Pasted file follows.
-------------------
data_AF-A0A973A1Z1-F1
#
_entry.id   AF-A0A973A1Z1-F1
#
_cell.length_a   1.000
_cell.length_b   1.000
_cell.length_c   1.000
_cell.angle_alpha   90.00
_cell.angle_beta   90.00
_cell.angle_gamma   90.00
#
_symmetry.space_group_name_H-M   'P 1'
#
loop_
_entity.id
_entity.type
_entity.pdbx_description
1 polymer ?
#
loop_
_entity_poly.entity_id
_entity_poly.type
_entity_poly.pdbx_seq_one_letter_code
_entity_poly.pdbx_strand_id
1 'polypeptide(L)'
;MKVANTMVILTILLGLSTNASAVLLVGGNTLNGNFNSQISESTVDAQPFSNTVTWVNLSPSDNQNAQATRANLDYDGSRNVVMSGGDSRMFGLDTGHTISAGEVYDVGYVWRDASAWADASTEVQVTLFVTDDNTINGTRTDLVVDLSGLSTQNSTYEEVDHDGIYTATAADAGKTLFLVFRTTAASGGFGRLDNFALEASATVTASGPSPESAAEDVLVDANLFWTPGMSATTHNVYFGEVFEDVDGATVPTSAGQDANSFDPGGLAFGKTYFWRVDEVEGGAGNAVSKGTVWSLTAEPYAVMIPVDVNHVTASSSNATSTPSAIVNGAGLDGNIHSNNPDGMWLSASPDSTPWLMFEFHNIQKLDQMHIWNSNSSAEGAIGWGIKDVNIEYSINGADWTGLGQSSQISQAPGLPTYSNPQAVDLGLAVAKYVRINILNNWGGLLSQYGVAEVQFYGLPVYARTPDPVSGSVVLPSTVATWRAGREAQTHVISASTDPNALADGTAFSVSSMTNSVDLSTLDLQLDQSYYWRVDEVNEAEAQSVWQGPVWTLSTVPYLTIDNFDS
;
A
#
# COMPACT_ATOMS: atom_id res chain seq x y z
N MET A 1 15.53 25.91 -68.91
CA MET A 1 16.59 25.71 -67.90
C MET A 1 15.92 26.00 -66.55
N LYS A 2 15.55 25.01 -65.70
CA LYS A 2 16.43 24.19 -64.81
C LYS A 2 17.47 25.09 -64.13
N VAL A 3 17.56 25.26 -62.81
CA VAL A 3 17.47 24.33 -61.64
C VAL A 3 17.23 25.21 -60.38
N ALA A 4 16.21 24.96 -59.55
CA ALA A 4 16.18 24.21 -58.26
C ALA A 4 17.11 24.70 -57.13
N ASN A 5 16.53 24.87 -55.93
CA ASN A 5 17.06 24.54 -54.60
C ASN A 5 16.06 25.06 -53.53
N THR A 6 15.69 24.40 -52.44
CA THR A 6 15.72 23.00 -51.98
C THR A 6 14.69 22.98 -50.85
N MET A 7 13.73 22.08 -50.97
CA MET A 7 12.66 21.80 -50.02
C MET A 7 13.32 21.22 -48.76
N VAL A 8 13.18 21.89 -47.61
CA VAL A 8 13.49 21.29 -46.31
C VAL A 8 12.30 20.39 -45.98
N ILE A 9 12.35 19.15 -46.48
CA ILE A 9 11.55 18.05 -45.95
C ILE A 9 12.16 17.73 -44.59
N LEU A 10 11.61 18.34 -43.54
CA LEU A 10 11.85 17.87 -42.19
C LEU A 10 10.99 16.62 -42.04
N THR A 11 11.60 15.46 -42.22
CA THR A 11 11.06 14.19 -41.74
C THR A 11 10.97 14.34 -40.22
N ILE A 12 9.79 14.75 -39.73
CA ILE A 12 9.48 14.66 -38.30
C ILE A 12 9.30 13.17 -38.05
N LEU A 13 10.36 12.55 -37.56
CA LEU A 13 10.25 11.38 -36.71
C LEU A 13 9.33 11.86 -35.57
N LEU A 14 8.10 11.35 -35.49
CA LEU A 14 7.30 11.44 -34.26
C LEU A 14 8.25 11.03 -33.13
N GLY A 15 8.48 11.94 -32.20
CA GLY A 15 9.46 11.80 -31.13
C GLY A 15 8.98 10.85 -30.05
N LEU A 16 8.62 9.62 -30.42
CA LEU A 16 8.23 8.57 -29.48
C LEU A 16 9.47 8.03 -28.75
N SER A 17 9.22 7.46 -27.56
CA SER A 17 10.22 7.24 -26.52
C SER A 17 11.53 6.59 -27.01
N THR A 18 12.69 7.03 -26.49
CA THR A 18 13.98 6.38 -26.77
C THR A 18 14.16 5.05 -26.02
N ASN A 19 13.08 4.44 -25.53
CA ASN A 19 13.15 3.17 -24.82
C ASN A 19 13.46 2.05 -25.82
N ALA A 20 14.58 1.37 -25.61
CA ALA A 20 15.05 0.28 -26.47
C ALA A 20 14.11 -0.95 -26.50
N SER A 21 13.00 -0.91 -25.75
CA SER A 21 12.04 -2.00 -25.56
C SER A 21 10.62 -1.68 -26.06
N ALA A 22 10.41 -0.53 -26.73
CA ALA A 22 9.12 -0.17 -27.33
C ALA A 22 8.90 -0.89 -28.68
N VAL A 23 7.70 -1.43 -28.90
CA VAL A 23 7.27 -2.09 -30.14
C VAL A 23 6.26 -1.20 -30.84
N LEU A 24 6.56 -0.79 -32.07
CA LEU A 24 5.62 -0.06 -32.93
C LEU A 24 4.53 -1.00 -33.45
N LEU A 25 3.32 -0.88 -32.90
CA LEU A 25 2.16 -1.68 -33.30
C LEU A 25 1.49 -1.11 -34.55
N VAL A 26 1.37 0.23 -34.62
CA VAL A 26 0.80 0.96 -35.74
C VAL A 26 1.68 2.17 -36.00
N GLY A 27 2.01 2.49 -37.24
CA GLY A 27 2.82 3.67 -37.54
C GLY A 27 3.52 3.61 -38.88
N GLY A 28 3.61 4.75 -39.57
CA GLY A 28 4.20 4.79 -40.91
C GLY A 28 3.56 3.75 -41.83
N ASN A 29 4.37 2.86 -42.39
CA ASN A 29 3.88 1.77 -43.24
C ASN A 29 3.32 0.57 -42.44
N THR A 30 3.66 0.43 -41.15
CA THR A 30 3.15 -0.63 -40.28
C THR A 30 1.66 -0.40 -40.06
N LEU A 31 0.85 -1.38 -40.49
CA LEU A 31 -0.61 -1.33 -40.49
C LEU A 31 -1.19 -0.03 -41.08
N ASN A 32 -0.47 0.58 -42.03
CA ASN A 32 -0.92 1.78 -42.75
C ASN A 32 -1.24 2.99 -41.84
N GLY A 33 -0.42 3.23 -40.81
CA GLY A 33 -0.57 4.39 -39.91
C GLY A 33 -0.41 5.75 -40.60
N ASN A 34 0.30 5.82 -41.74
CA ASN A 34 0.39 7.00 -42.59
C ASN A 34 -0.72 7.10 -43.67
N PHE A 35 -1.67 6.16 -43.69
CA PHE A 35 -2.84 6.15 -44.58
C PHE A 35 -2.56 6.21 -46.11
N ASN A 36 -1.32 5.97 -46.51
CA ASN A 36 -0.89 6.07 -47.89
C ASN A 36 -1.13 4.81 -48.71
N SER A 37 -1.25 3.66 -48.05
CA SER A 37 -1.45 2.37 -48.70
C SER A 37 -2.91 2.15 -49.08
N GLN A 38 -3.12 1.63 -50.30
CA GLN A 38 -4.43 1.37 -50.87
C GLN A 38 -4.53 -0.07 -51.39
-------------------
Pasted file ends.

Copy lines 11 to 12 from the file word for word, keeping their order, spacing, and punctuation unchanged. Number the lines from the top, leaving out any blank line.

#
_symmetry.space_group_name_H-M   'P 1'